What is Sustainable Leather & Understanding the Differences

April 26, 2021 108 view(s)
What is Sustainable Leather & Understanding the Differences

Conventional leather is heavily criticized because of the adverse effect it has on the environment, especially as it regards its highly toxic tanning process. This criticism has brought about the rising demand for the use of sustainable leather in the manufacturing of clothing and accessories.

Thankfully, eco-friendly leather is now available, even though the options are still limited. Currently, there are three main types of leather in the market. These include the conventional animal-derived leather, petroleum-based plastic leather, and plant-based vegan leather.

It is easy to assume that the alternatives to animal-derived leather are sustainable, but it is important to examine each option a bit more closely to fully understand their differences and how they impact the environment.

This article will help you understand what sustainable leather is and which options have a lesser impact on the environment.

Animal-Derived Leather

Here is a fact that cannot be argued: leather is not an animal-friendly product. We can dance around the subject of sustainable leather all we want, but it won’t change that fact. And that’s because leather is made from dead animal skin.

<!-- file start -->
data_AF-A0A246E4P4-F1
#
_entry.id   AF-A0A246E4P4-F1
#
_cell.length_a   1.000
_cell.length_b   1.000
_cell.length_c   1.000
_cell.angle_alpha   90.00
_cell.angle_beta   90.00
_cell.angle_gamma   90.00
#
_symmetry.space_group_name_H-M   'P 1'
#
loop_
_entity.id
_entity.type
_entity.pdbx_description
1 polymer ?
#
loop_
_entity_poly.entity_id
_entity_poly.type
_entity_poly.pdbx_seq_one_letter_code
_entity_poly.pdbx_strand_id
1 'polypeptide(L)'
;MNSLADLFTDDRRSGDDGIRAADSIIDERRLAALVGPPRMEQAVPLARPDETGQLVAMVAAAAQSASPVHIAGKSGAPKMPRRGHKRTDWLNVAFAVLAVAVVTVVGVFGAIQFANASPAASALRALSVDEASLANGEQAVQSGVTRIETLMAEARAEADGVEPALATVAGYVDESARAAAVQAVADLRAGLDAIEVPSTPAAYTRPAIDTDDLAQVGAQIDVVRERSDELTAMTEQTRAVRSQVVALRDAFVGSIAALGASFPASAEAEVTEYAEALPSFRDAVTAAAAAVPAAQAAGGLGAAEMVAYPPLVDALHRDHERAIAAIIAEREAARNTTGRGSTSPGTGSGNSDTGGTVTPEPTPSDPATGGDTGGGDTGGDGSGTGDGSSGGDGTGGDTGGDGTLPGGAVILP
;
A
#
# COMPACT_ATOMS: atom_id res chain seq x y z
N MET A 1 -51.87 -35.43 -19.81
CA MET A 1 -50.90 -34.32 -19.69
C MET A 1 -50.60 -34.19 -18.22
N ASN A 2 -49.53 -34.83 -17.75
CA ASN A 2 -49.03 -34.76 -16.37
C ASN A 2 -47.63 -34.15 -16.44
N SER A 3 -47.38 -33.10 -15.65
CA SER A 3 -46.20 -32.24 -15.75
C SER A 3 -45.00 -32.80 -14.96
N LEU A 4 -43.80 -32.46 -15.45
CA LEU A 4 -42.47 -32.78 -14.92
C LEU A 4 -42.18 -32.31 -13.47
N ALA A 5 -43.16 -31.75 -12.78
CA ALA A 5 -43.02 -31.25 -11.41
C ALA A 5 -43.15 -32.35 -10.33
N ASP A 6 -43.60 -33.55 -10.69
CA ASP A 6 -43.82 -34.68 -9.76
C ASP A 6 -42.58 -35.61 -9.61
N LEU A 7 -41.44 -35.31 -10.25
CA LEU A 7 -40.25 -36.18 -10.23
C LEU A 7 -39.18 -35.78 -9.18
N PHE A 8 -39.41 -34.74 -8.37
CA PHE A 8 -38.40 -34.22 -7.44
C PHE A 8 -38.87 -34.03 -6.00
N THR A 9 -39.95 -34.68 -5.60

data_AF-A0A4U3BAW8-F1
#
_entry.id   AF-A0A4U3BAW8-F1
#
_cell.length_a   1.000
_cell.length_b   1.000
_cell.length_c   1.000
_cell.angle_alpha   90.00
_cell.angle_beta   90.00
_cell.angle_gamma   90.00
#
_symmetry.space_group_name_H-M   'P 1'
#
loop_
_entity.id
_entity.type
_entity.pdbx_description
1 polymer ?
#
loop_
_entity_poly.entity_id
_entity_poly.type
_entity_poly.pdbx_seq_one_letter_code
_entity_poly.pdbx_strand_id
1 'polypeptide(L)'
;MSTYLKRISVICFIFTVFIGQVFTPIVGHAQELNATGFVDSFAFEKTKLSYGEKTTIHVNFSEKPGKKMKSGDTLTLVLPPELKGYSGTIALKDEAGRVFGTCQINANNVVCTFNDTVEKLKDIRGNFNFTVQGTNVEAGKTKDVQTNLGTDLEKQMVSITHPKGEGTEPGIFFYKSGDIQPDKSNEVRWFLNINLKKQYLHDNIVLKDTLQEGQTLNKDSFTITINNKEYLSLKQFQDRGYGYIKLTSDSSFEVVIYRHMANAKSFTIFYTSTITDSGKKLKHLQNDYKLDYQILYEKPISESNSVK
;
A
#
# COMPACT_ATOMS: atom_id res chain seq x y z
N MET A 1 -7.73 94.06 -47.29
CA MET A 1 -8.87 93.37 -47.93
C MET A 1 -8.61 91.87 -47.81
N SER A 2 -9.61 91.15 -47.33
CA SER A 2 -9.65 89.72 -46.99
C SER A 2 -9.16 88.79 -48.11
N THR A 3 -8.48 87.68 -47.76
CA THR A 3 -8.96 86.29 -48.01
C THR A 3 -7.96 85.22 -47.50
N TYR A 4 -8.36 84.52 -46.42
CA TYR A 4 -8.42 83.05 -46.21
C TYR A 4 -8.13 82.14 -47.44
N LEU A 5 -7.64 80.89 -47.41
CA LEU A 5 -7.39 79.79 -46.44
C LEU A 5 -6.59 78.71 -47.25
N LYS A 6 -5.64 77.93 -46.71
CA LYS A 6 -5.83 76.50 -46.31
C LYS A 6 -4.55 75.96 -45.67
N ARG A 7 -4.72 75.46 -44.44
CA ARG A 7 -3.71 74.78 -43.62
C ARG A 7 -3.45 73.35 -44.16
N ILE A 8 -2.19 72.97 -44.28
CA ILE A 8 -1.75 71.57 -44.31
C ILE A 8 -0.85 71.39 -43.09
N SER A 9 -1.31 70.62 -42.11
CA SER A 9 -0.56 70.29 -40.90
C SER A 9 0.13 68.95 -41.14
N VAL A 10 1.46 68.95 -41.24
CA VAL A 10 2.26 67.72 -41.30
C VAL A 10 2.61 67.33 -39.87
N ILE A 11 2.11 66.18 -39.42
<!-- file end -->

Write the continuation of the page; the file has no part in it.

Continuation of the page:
Meat consumption appears to be decreasing slightly in recent times, but the meat industry is not going to vanish in one magical puff. It won’t happen tomorrow, neither is it going to happen anytime soon. In fact, it is almost impossible to imagine the near future without the meat industry.

Now think about this: animal-derived leather comes from animals specifically raised for meat. That is to say, leather is a byproduct of the already existing meat industry and does not require additional resources.

It will be a terrible waste to use animal skin for landfills or to burn them up. As long as there is a meat industry, it makes sense to have an industry that uses the byproduct of meat – the animal-derived leather industry.

But it is important to point out that the current state of the meat industry is a far cry from being ethical and sustainable. Many ranches are striving to align their livestock farming with best practices, but their effort is insignificant compared to the majority that cares less about being ethical or sustainable. This has created a wide gap that does very little to prevent the environmental footprint of the meat industry.